If you want to take advantage of being able to visit the Vatican free of charge, then, of course, this is the time to go, but if you want minimal crowds – stay away on the last Sunday of the month!
There are no guided tours on the last Sunday of each month.
2023 Calendar of Vatican Museums Opening Hours, Days & Closures
Here are the official opening hours and closures for you to plan when to visit the Vatican Museums in 2023, including all the extraordinary openings and public holidays.
Vatican Gardens – opening days are the same except for the days when the Pope conducts mass in the Basilica, and opening times are mid-late morning only.
How to book an official ticket or guided tour
Booking a ticket is one of the more intimidating parts of visiting the Vatican museums but it’s really very easy if you do it from the comfort of home and it means you can plan other Rome experiences on the same day.
The most important tip is not to go to the museums without booking in advance. Hundreds of people continue to head for the ticket office every day, so the lines are extremely long. Expect a waiting time that is regularly about 2 hours – and that’s just for the ticket line – next is the security check line (which is, for the Basilica at least (another hour or so).
The Vatican’s official site has a booking system with adult “skip the line” tickets at €17 (plus €4 booking fee). There are also a number of concessions for children, students, etc.
It’s important to book tickets as soon as you have chosen your desired date for visiting because they do sell out. Part of the problem with securing a ticket is that often travelers are only in Rome for a few days, and the Vatican Museums may be closed on one or more of those days.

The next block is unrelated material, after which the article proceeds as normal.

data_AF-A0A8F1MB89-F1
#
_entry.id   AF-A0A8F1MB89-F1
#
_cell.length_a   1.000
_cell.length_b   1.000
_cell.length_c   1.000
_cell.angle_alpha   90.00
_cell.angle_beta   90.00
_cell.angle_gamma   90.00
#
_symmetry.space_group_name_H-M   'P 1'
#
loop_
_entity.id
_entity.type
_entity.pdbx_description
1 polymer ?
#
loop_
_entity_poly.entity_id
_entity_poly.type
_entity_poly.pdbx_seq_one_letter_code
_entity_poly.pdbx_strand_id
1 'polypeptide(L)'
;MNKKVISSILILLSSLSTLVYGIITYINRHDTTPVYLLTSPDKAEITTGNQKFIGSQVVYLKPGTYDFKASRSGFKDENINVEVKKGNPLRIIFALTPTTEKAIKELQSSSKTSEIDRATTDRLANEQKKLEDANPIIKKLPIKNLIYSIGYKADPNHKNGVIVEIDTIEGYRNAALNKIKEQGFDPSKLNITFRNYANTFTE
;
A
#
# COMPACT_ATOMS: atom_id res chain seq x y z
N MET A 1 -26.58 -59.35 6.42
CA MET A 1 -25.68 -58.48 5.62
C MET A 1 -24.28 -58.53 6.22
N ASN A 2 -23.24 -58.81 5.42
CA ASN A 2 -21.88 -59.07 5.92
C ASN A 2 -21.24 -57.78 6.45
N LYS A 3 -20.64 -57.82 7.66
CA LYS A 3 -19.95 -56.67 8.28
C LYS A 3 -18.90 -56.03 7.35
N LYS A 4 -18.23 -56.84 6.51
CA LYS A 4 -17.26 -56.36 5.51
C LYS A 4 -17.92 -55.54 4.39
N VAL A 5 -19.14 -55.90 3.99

And it’s worth bearing in mind that this is the no-frills option. Such is the immensity of the museums, you might get a lot more out of your visit with a tour guide or audio guide.
I have NEVER been able to score one of the official tickets. I always buy a skip-the-line ticket several months before I will be arriving in Rome. Get Your Guide tickets are fully refundable if you cancel 24 hours before your entrance time, so I often book several so that I can be flexible about my days when I’m in Rome. If you’re going to do this, make sure you set a diary alert to cancel each ticket more than 24 hours before their admission time.
Some users also complain that the Vatican’s site is not user-friendly, and so resort to using tour operators even for the basic tickets. These are the three most popular express ticket entrances for the Vatican Museums and including the Sistine Chapel. Together these three tickets are booked several hundred times each day. They are fully cancellable up until 24 hours before your visit.
Tour operators also offer “last minute” tickets at increased prices – a good emergency option if you were not able to book in advance.
Ticket Bundles or Combos